By Vanne Elaine Terrazola
The Senate Committee on Labor, Employment and Human Resources Development is considering to move for the removal of Bureau of Immigration’s (BI) authority to issue special working permits (SWPs) to foreigners.
Senator Joel Villanueva, committee chairman, said this as the panel conducted Thursday its second hearing on the influx of illegal foreign workers in the Philippines, wherein he stressed the “lenience” of the BI in issuing SWPs to foreign nationals who intend to work here.
He blamed the BI for surge of illegal foreign workers in the country, which comprise mostly of Chinese nationals employed in Philippine offshore gaming operations (POGO).
An SWP allows foreign workers to work in the country for three months and could be extended for another three months.
Villanueva is proposing to revoke the BI’s authority in issuing work permits and let the Department of Labor and Employment (DOLE) be the sole agency to have such function.
The BI, according to the senator, has no capability to vet whether or not job posts should be given to foreign national who want to work in the country, despite pronouncements that Filipinos do not have enough skills to fill the vacancies.
“What we want is they (the BI) will cease the issuance of SWPs,” Villanueva told reporters.
He added the government, through the DOLE, should only be giving alien employment permits (AEPs) to ensure that the employment opportunities given to foreign workers are not being “taken away” from Filipinos who can do the jobs equally.
AEPs are given by the DOLE to foreign nationals who have jobs that are highly technical, specialized, supervisory and managerial and cannot be fulfilled by the Philippine job market. Unlike the SWPs, these are issued for employment lasting for more than six months.
“We are not undermining the authority of BI in issuing work visas but work permits — as the name dictates — and Alien Employment Permits, ‘eh talagang (should really be handled by the) DOLE ‘yan,” Villanueva said, adding that it is stated in the country’s Labor Code.
DOLE Secretary Silvestre Bello III, at the hearing, said he shares Villanueva’s concern “that there are indeed sudden spikes in the entry of Chinese nationals” in the country.
He agreed that Filipinos should be prioritized in job opportunities here in the country, even as projects were loaned by other countries.
Bello said he will meet with the Department of Justice (DOJ), the BI’s mother agency, on the proposal to remove the bureau’s power to issue work permits. Although he maintained that the DOLE still needs the BI’s help in regulating the entry of foreign workers to the country.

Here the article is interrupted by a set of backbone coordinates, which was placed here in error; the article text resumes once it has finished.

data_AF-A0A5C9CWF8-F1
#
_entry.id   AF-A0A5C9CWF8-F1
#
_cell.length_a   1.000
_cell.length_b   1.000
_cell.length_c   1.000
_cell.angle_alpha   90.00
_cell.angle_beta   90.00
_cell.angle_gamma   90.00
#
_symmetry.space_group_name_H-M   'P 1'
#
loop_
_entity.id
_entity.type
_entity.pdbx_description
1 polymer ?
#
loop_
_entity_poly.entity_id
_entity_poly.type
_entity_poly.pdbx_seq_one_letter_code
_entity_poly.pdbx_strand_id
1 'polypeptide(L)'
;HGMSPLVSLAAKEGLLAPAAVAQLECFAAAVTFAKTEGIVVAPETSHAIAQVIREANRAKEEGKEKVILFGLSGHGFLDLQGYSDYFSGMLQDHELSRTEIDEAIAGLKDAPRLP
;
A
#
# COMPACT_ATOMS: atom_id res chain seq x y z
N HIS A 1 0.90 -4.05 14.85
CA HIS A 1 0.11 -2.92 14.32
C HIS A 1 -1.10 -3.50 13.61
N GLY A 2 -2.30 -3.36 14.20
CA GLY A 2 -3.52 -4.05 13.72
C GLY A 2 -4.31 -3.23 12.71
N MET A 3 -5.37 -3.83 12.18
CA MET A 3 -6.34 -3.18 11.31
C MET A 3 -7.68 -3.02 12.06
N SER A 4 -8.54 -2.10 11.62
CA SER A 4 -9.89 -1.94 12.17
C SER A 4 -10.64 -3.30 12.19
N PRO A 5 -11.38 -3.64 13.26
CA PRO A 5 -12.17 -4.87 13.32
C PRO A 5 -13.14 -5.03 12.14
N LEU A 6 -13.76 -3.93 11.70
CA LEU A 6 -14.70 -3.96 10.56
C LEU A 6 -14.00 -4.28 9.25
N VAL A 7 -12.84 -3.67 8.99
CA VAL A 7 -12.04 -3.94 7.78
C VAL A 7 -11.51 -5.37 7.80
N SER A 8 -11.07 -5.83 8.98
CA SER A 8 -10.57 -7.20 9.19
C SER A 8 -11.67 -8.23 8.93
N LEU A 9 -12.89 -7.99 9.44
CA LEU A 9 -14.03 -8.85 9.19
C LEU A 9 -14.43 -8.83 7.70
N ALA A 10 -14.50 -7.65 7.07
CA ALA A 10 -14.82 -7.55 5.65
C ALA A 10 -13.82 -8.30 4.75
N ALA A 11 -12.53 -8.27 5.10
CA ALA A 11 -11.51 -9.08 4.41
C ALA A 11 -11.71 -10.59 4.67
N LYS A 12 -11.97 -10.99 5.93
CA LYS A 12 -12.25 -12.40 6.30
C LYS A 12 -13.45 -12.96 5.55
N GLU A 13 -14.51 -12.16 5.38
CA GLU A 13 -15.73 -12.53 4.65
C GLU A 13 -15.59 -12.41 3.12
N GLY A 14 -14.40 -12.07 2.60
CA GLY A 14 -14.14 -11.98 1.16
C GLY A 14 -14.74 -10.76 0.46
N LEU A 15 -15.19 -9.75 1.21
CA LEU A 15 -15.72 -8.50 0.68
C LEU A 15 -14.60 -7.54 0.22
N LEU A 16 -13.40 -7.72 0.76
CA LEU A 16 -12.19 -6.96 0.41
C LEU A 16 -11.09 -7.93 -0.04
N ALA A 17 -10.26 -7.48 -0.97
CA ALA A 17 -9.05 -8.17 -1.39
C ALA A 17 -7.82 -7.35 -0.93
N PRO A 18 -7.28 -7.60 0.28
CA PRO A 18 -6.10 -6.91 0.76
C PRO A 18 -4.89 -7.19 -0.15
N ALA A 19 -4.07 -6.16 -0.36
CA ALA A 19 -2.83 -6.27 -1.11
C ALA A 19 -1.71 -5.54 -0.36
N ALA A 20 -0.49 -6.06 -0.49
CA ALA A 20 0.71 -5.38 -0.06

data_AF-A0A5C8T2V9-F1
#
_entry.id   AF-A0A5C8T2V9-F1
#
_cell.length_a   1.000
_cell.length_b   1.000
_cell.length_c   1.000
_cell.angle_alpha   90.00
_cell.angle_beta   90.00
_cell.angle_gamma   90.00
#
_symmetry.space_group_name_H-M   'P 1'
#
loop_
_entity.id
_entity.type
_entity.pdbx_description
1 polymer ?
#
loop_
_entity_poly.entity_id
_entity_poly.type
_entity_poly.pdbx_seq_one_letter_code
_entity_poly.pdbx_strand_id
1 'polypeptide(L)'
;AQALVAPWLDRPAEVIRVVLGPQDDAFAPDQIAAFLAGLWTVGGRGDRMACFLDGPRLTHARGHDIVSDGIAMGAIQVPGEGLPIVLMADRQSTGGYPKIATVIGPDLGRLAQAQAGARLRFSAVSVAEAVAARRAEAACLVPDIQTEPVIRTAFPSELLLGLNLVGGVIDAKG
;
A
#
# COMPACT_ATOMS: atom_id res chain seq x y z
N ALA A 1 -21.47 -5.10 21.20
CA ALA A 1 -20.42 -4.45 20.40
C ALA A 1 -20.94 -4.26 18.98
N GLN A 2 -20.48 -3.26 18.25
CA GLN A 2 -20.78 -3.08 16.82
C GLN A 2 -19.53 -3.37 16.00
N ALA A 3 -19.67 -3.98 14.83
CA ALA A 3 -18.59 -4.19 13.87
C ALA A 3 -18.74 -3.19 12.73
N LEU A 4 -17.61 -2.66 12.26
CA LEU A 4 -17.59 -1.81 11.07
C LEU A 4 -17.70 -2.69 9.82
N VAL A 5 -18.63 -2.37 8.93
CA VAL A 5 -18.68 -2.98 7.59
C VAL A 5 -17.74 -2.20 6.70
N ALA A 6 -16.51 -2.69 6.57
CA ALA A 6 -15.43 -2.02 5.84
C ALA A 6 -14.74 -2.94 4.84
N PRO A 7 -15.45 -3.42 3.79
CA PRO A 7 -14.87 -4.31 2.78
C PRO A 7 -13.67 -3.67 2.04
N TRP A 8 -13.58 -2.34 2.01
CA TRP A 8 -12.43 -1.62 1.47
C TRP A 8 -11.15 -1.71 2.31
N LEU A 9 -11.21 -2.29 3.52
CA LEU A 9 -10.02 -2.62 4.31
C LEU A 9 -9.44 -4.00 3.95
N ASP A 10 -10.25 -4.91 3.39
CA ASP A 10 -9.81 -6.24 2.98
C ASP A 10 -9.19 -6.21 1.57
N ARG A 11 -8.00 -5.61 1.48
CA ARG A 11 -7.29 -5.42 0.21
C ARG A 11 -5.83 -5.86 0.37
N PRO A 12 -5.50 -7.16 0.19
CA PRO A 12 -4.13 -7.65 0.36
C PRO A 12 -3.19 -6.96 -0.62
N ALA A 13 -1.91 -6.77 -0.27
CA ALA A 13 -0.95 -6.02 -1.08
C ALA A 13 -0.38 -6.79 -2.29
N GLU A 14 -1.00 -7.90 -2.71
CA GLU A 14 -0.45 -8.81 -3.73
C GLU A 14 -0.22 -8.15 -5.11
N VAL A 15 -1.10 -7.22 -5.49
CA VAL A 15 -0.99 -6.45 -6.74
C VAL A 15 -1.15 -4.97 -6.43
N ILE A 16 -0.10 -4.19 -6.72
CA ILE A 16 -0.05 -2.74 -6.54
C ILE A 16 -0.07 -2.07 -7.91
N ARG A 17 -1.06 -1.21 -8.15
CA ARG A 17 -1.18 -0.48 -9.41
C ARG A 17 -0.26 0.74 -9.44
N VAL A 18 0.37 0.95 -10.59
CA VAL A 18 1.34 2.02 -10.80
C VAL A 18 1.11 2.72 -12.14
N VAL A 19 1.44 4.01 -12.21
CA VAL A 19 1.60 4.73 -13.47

BI Commissioner Jaime Morente, for his part, urged the Senate panel to “consider” the government’s revenue from the SWPs being granted to foreigner. He said the agency, in 2018, collected some P4.2 billion from SWP fees.
Bello said the DOLE issued 169,893 AEPs from 2015 to 2018, or an average of 42,000 a year.
Of the issued AEPs, 84,496 or 53.3 percent were granted to Chinese; 16,000 or 9.7 percent were Japanese; 9.1 percent were Koreans; 6.7 percent were Indians; 8.7 percent were Taiwanes; 2.9 percent were Indonesians; while 2.9 percent were Malaysian and Vietnamese.
Bello said 35.9 percent foreigner workers were involved in administration and support services, 24 percent were manufacturing, 10.6 percent information and communication technology and 17.5 percent in arts and recreation.
The BI, on the other hand, issued some 185,000 SWPs last year, said Villanueva.
Inter-agency committee vs illegal workers
Bello also reported to the Senate labor panel that the government is close to creating an inter-agency committee that would address the surge in illegal alien workers in the country.
He said he met Finance Sec. Carlos Dominguez, Justice Sec. Menardo Guevarra, Trade Secretary Ramon Lopez, Philippine Amusement and Gaming Corporation (Pagcor) chair Andrea Domingo and Bureau of Internal Revenue (BIR) Commissioner Cesar Dulay and the BI regarding the said inter-agency committee, which shall be led by the DOLE.
The interagency panel, Bello said, is expected to consolidate all the processes in the entry of foreign nationals in the country, and address the government’s shortcomings in regulating foreign workers.
Villanueva cited “several lapses” by the said agencies in regulating and monitoring foreign workers here. Among others, he said the “varying” figures submitted by concerned agencies to the Senate panel proved their “lack in coordination.”
Bello conceded to this, saying this prompts the inter-agency committee to come up with an inventory of all foreign nationals working in the country.
“We will get a full inventory of foreign workers with the end view of regulating their work here, including the collection of taxes,” the Labor official said.
Aside from the consolidated data, the interagency committee panel will also “institutionalize” a procedure in the issuance of work permits, like lawmakers have appealed.
Sen. Nancy Binay, attending the hearing, also urged Bello to include the Department of Tourism so as not to compromise tourist arrivals in the country.
Binay, who chairs the Senate Committee on Tourism, said the government has to “strike a balance” between regulating foreign entry and opening up the country to tourists.
The committee will be established within one month, Bello assured.